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Great Banyan Tree
The Indian Botanical Garden in Kolkata has many floral treasures, but none as impressive as the 250-year-old Great Banyan Tree, which covers nearly 5,300 square feet (500 sq/m). What at first seems like a forest of narrow trunks is, in fact, 1,573 drop-roots from a single banyan tree - either the largest or second largest canopy tree in the world depending on who you believe. The gardens, located on the west bank of the Hooghly River, contain 12,000 living plant species from every corner of the globe and offer some good bird watching opportunities and a quiet green space in which to walk, relax and picnic. There are many paths and trails to explore. Since July 2012 the gardens have been closed on Mondays for maintenance but walkers and joggers are still let in. Officially the gardens open at 8am, but those wanting to exercise can usually get in as early as 5.30am. The gardens are not as impressive in winter and maintenance seems to take a backseat in the off-peak months but the Great Banyan Tree is worth a visit at any time of year and in spring and summer the birds, butterflies and flowers are a joy. Be warned: the toilet facilities are rather primitive.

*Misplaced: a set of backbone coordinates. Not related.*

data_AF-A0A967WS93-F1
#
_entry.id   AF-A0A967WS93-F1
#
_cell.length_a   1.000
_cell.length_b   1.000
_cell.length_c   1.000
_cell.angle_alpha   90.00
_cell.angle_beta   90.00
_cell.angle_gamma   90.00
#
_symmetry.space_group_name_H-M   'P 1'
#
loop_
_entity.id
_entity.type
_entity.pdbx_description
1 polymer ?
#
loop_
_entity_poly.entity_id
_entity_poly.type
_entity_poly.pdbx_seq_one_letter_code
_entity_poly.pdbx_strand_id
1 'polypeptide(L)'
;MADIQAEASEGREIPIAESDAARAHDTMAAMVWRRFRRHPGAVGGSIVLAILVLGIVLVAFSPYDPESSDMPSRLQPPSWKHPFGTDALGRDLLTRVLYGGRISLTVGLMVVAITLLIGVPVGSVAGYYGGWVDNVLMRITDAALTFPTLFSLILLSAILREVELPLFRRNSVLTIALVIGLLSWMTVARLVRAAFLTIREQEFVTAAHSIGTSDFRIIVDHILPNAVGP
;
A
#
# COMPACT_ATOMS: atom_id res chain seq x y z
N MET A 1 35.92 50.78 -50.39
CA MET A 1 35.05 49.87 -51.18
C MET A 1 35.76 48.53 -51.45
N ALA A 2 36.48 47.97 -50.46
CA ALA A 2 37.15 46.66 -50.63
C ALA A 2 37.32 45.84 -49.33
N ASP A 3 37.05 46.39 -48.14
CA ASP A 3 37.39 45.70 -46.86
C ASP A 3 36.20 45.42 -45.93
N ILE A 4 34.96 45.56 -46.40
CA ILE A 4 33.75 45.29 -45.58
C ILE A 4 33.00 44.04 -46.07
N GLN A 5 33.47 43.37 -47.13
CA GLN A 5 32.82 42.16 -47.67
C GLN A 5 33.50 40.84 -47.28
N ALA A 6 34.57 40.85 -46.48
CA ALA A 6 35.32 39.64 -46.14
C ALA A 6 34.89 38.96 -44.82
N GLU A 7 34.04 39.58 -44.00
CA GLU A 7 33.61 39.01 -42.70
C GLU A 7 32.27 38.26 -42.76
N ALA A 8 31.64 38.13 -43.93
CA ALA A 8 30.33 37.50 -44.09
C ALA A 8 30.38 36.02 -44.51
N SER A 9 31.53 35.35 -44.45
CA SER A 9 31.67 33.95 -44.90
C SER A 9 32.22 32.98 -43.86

This astounding marble building is probably the most impressive colonial structure in India; in a city known for several great monuments and buildings, this palace is considered the architectural gem and most iconic landmark. It was built to commemorate Queen Victoria (although she never actually visited the city) and only completed in 1921, after 20 years of solid work. Inside is a fascinating museum of Indian history, including some wonderful sculptures and paintings. The monument is situated on 64 acres of land, which includes lakes, gardens and walking paths. The gardens are well-maintained and for many the lovely grounds and exterior facade of the memorial are the highlight - the museum is fascinating if you are genuinely interested in India's colonial history but the exhibitions are informative rather than entertaining. Although the museum officially opens much later, you can usually get into the gardens for a small fee as early as 5.30am. This is a really beautiful time of day to visit and wonderful for photographs or morning exercise. Note that although you can take wonderful photos all over the grounds, no photography is permitted inside the memorial. There is a sound and light show most evenings at 7.15pm.